Also known as Taia, Tiy, or Tiyi, Queen Tiye was born in 1398 BC. Her father, Yuya, was a provincial priest in the town of Akhmim and also served as a commander of the royal chariots. He owned a significant amount of land and was considered one of the wealthiest Egyptians of the time. Queen Tiye’s mother, Tjuya, who was also known as Thuya or Tjuyu, was a servant of the queen mother, Mutemwiya.
It is believed that due to their elevated status, the family lived in the palace. Queen Tiye is believed to have lived there, even though she was not of royal blood herself.
History has it that she had a brother named Anen, who later became the second prophet of Amun.
Although not much evidence connects them, scholars also believe that Queen Tiye might have had another brother named Ay, who took over as pharaoh after Tutankhamun’s death.
Queen Tiye would later marry Amenhotep III. Historical records indicate that they had at least seven children, though there may have been more.
Their known children were Sitamun (the eldest daughter), Isis, Henuttaneb, Nebetah, Crown Prince Thutmose, Amenhotep IV/Akhenaten (who succeeded his father as Pharaoh and was the husband of Nefertiti), and Smenkhkare.
Queen Tiye’s parents, as some scholars argue, were not Egyptian. They base this argument on the fact that their names did not sound Egyptian at all.
Some even attribute Tiye’s style of rule to her Nubian heritage, suggesting it followed the customs of Nubian female rulers. However, this theory lacks substantial support, as Egyptian women were also highly regarded compared to women in other ancient cultures. Therefore, there is no reason to attribute Queen Tiye’s mode of rule to Nubian traditions.
Queen Tiye is often regarded as the most influential queen in all of ancient Egypt’s history.
It is believed that, in addition to her wisdom and resilience, she held significant influence within the Egyptian courts and was highly cherished by the king.
As the king’s right-hand adviser, she earned respect both domestically and abroad. Notably, she became the first queen of Egypt to have her name appear on official acts, and her name is prominently featured on the monuments of her king.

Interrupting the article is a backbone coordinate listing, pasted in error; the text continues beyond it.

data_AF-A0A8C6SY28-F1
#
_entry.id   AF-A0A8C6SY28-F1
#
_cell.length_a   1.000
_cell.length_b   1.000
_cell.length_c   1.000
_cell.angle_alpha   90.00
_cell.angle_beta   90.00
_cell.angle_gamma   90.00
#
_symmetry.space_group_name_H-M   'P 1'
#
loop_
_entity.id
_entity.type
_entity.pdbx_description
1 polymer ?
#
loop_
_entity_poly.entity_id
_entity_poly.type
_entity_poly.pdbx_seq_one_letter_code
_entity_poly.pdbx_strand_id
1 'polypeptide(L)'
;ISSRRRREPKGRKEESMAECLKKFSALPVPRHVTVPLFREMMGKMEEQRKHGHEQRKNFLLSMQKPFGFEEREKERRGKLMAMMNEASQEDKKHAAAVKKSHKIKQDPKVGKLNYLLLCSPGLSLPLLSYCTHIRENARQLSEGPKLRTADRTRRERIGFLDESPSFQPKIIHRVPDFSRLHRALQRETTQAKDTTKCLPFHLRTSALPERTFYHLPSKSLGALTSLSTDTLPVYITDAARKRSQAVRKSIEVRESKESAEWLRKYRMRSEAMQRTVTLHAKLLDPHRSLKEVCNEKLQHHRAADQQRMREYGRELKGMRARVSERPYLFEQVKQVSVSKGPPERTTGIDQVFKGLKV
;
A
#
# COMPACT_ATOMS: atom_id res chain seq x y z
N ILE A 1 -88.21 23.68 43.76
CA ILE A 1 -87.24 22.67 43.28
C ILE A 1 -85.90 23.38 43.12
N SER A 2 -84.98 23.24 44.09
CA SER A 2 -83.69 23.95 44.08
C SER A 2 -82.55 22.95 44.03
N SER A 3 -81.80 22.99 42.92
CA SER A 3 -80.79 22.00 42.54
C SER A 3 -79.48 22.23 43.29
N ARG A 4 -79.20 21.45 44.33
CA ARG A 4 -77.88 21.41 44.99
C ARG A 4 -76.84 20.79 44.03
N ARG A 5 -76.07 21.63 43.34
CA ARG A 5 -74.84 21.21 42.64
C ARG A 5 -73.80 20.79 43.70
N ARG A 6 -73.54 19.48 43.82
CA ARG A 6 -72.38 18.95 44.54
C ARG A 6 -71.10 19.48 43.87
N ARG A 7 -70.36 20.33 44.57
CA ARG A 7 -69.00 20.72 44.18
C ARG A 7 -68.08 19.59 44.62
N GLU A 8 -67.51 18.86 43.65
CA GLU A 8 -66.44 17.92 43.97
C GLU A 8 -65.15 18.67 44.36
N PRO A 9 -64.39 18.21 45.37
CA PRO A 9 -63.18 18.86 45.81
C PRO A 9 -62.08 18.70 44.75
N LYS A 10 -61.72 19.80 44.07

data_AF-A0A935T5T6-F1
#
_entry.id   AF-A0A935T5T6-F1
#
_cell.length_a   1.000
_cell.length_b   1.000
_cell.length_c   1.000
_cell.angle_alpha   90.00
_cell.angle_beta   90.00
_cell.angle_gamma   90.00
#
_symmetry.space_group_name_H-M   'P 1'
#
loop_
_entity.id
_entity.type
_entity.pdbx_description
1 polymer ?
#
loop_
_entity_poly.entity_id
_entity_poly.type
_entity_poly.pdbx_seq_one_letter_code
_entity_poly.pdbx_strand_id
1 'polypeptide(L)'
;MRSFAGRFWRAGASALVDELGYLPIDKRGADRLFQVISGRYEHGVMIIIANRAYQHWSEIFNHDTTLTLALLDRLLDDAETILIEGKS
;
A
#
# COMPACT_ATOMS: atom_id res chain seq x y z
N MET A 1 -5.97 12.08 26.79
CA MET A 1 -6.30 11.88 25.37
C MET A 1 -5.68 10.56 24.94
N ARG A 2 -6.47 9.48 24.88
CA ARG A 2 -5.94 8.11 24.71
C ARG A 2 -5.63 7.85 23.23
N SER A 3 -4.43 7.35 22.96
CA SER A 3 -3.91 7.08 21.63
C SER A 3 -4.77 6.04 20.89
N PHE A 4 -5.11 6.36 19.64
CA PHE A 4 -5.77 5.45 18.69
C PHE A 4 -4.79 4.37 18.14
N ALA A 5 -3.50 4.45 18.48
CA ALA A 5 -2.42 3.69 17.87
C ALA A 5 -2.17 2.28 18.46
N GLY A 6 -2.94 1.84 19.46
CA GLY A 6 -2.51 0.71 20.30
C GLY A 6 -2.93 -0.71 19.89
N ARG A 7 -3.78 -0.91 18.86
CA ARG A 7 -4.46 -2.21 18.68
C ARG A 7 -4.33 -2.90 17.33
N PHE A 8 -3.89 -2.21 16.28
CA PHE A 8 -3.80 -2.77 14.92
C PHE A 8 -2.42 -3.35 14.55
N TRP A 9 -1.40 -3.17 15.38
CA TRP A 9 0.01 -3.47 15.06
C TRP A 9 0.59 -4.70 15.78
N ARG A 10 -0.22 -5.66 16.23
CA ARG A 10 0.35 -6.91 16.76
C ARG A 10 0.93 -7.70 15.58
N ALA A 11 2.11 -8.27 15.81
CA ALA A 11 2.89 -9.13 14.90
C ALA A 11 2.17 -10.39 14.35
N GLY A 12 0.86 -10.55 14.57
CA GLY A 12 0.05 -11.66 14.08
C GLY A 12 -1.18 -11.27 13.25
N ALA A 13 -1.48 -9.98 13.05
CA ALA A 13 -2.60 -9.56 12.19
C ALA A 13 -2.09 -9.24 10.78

Further attesting to Queen Tiye’s influence is the fact that her name was inscribed within a cartouche, a distinction typically reserved for kings.
Queen Tiye is believed to have passed away in 1338 BCE, twelve years following her husband’s demise. At that time, her son, who was perceived as a relatively “weak” king, ruled Egypt.
During his reign, Egypt experienced territorial losses and a gradual weakening of its power. It is even suggested that the king, deeply immersed in his newfound religion, left the affairs of the state to be managed by his mother and wife, Nefertiti.
The death of Queen Tiye eventually marked the decline of the 18th dynasty.
Egyptologists initially believed that Queen Tiye was first interred in Akhenaten’s tomb in Amarna, based on incomplete inscriptions open to various interpretations.
She was laid to rest alongside her son and granddaughter, Meketaten, and later reburied in her husband’s tomb. The speculation that she was buried in Amenhotep III’s tomb was primarily based on the discovery of her Shabti dolls within that tomb.
Her mummy was discovered in 1898 by archaeologist Victor Loret in Amenhotep II’s tomb. Initially, little was known about the mummy, and it was referred to as “The Elder Lady,” while her granddaughter’s mummy was termed “The Younger Lady.”
Subsequent research on the 18th dynasty led scholars to a consensus that “The Elder Lady” was indeed Queen Tiye. In 2010, DNA analysis formally identified “The Elder Lady” as Queen Tiye, with hair found in Tutankhamun’s tomb providing a match.
Today, her mummy is housed in the Egyptian Museum in Cairo, Egypt.
Recently, an alabaster statue of Queen Tiye was discovered in Luxor, Egypt, as archaeologists were attempting to excavate the statue of King Amenhotep III, buried beneath the sand.
Her bust is on display at the Ägyptisches Museum in Berlin, Germany.
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